South Africa in the 1970s feels more like an eternity ago, not just 50 years. It was the era of Apartheid, when just 13% of the population ruled the country to the advantage of the whites. The indigenous populations were segregated, law and order maintained with a ferocious brutality coupled with the threat that rebellion wouldn’t change anything and that anybody who resisted the regime would suffer personally. There were, of course, those who wouldn’t give in, and one of them went on to become president in the 1990s. Nelson Mandela.

While he was imprisoned on the all-black Robben Island, activist Tim Jenkin was locked up in the white equivalent, the maximum security Pretoria Prison. The story of how he and two other inmates hatched an ingenious escape plan and fled to freedom was told in Jenkin’s own book and now arrives as Escape From Pretoria, courtesy of British director, Francis Annan, who hadn’t been born when the events depicted on screen took place. And, yes, this is a prison escape movie, but don’t go expecting tunnels or the clever emptying of excavated soil in the recreation yard a la The Great Escape and others in that vein. The plan here is a brilliantly simple one yet equally risky. Wooden keys to unlock the many doors that lead out of the prison and into the light of freedom.

The tension built into the narrative is almost tangible, created largely by the claustrophobia and grinding routine that goes with prison life. It escalates steadily and relentlessly, so that when the prisoners stage a dry run of their plan and one of them drips sweat on the floor, you know only too well how he feels. It’s a film that never waivers in its focus – the three men and their escape plan, the obstacles placed in their way and the hardships that go with their imprisonment – making it a lean, disciplined experience. If it has a fault, it leans a touch too heavily on the story and its political issues so that the characters suffer from being slightly under drawn.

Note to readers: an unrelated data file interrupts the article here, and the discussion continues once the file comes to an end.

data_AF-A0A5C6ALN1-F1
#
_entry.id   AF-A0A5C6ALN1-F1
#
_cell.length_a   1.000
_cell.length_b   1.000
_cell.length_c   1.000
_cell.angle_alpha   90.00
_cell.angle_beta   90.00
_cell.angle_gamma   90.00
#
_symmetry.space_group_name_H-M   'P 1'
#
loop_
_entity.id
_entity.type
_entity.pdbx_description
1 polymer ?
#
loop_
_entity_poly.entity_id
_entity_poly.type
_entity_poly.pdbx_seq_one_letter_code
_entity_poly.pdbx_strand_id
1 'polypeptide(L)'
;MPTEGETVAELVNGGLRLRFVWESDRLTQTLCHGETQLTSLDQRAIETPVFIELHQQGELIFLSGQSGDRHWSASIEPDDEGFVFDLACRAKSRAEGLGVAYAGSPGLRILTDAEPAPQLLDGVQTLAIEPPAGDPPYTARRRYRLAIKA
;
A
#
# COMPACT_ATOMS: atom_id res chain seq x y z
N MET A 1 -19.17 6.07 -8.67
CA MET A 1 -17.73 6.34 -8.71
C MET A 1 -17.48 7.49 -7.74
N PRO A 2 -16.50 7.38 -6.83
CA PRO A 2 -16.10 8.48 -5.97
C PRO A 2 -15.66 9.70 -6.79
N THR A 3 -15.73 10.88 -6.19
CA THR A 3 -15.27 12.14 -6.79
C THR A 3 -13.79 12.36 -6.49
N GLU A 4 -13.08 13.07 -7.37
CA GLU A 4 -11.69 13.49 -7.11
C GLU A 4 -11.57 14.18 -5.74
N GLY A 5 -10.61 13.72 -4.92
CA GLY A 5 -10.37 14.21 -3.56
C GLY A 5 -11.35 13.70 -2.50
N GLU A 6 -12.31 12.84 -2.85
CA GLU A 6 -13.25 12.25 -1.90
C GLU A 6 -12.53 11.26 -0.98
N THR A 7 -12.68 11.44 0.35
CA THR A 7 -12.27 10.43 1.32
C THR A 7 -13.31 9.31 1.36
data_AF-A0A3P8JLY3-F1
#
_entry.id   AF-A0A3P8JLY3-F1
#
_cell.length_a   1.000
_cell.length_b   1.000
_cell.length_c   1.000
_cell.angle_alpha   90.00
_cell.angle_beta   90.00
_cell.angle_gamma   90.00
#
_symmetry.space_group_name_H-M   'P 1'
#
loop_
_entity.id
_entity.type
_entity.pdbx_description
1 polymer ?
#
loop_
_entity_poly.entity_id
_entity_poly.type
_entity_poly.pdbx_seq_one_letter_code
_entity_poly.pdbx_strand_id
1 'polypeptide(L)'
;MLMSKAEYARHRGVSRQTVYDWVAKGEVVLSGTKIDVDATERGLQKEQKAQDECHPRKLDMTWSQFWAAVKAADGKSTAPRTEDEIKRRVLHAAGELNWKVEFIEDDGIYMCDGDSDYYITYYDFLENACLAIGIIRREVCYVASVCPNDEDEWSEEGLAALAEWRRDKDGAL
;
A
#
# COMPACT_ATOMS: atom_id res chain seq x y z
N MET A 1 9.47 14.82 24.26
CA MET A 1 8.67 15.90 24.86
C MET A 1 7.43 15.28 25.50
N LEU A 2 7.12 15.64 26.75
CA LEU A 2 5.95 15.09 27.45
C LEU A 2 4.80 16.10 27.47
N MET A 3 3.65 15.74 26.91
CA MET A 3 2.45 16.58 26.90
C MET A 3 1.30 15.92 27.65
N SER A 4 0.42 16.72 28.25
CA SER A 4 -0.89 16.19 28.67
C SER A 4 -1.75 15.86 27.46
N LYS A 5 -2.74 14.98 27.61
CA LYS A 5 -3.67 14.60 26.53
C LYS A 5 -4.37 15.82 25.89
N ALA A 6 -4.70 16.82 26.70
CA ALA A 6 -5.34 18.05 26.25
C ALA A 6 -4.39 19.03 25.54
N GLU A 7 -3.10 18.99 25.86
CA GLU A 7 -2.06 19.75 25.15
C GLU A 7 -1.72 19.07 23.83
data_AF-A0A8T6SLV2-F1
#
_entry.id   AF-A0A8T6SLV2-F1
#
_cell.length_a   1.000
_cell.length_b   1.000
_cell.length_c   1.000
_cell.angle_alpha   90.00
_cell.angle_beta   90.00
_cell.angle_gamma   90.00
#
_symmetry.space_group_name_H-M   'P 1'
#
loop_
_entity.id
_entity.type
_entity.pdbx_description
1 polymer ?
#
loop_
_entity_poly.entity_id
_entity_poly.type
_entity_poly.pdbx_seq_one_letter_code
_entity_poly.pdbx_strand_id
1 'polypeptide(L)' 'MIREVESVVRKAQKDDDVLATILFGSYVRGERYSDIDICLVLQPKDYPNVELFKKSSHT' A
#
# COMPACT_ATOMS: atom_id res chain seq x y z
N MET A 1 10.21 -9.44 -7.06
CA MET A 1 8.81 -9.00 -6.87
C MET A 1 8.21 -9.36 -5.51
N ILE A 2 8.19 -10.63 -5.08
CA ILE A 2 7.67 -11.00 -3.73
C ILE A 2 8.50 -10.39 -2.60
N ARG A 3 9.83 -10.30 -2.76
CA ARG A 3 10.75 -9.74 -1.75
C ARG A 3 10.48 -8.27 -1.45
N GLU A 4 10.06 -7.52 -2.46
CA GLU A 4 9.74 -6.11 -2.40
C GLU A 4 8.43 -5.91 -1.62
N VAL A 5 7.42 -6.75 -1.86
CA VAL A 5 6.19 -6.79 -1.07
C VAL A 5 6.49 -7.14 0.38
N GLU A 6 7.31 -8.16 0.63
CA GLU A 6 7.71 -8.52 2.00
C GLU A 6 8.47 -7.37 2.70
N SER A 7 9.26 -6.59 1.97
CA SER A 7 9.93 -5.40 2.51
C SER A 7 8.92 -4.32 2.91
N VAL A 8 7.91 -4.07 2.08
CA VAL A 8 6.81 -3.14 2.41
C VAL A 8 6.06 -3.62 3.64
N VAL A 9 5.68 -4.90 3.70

Nonetheless, the central performances are still strong, with Daniel Radcliffe as Jenkin, small and vulnerable among the bigger, menacing inmates, but protected by fellow “leaflet bomber” Stephen Lee (Daniel Webber) and French prisoner Leonard Fontaine (Mark Leonard Winter), constantly on a knife edge of desperation to escape. He suffers the agonies of the “privilege” of one single half an hour visit from his young son every year. It’s cruel enough, but when one meeting is cut short and the guard visibly delights in sending the boy away, it’s one of the most emotional moments of the film.

While it’s a safe assumption that the treatment meted out to the prisoners in Pretoria was less severe than on Robben Island, Annan shows us just enough for us to understand the brutality of it all, but he equally knows that our imaginations are even more vivid than what we actually see, so he only shows us a certain amount. And it works.

The fact that the events on screen actually took place, together with the ingenuity of the escape, reinforces the film’s status as a testament to the human spirit – that spirit of resistance that refuses to die when something is so palpably wrong. With it comes inspiration and ingenuity. Couple that with sweaty tension and you have an intelligent thriller that constantly reminds us of political systems which are well within living memory – and their ability to lurk constantly beneath the surface.

Escape From Pretoria is in cinemas from Friday, 6 March.